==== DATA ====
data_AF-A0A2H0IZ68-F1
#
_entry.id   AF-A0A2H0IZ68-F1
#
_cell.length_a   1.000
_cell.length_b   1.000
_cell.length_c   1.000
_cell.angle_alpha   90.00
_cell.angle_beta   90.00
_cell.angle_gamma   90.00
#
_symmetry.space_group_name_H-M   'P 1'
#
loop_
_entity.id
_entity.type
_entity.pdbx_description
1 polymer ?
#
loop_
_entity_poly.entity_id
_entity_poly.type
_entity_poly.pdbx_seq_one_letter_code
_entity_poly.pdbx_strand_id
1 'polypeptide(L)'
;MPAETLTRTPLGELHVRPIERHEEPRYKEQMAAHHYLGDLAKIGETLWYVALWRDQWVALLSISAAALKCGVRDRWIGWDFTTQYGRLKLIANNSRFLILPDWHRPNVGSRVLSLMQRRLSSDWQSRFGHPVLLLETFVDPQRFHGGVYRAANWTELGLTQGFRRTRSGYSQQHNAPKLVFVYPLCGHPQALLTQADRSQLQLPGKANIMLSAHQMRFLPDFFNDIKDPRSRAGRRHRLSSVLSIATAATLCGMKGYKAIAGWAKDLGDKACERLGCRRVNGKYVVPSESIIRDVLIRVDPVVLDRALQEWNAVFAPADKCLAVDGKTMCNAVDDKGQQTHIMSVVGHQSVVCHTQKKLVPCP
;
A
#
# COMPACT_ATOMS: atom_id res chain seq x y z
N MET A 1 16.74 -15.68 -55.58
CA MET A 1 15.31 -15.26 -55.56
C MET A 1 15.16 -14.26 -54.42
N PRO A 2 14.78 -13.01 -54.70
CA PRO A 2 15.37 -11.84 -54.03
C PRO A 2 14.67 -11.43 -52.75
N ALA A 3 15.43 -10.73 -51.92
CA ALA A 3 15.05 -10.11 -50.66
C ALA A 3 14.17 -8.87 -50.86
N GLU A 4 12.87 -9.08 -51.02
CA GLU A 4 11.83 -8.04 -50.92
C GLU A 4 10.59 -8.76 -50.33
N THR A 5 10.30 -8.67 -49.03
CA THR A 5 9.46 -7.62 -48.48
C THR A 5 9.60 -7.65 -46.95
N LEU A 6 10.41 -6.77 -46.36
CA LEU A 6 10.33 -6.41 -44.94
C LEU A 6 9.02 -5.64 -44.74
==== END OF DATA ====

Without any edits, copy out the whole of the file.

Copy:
data_AF-A0A2H0IZ68-F1
#
_entry.id   AF-A0A2H0IZ68-F1
#
_cell.length_a   1.000
_cell.length_b   1.000
_cell.length_c   1.000
_cell.angle_alpha   90.00
_cell.angle_beta   90.00
_cell.angle_gamma   90.00
#
_symmetry.space_group_name_H-M   'P 1'
#
loop_
_entity.id
_entity.type
_entity.pdbx_description
1 polymer ?
#
loop_
_entity_poly.entity_id
_entity_poly.type
_entity_poly.pdbx_seq_one_letter_code
_entity_poly.pdbx_strand_id
1 'polypeptide(L)'
;MPAETLTRTPLGELHVRPIERHEEPRYKEQMAAHHYLGDLAKIGETLWYVALWRDQWVALLSISAAALKCGVRDRWIGWDFTTQYGRLKLIANNSRFLILPDWHRPNVGSRVLSLMQRRLSSDWQSRFGHPVLLLETFVDPQRFHGGVYRAANWTELGLTQGFRRTRSGYSQQHNAPKLVFVYPLCGHPQALLTQADRSQLQLPGKANIMLSAHQMRFLPDFFNDIKDPRSRAGRRHRLSSVLSIATAATLCGMKGYKAIAGWAKDLGDKACERLGCRRVNGKYVVPSESIIRDVLIRVDPVVLDRALQEWNAVFAPADKCLAVDGKTMCNAVDDKGQQTHIMSVVGHQSVVCHTQKKLVPCP
;
A
#
# COMPACT_ATOMS: atom_id res chain seq x y z
N MET A 1 16.74 -15.68 -55.58
CA MET A 1 15.31 -15.26 -55.56
C MET A 1 15.16 -14.26 -54.42
N PRO A 2 14.78 -13.01 -54.70
CA PRO A 2 15.37 -11.84 -54.03
C PRO A 2 14.67 -11.43 -52.75
N ALA A 3 15.43 -10.73 -51.92
CA ALA A 3 15.05 -10.11 -50.66
C ALA A 3 14.17 -8.87 -50.86
N GLU A 4 12.87 -9.08 -51.02
CA GLU A 4 11.83 -8.04 -50.92
C GLU A 4 10.59 -8.76 -50.33
N THR A 5 10.30 -8.67 -49.03
CA THR A 5 9.46 -7.62 -48.48
C THR A 5 9.60 -7.65 -46.95
N LEU A 6 10.41 -6.77 -46.36
CA LEU A 6 10.33 -6.41 -44.94
C LEU A 6 9.02 -5.64 -44.74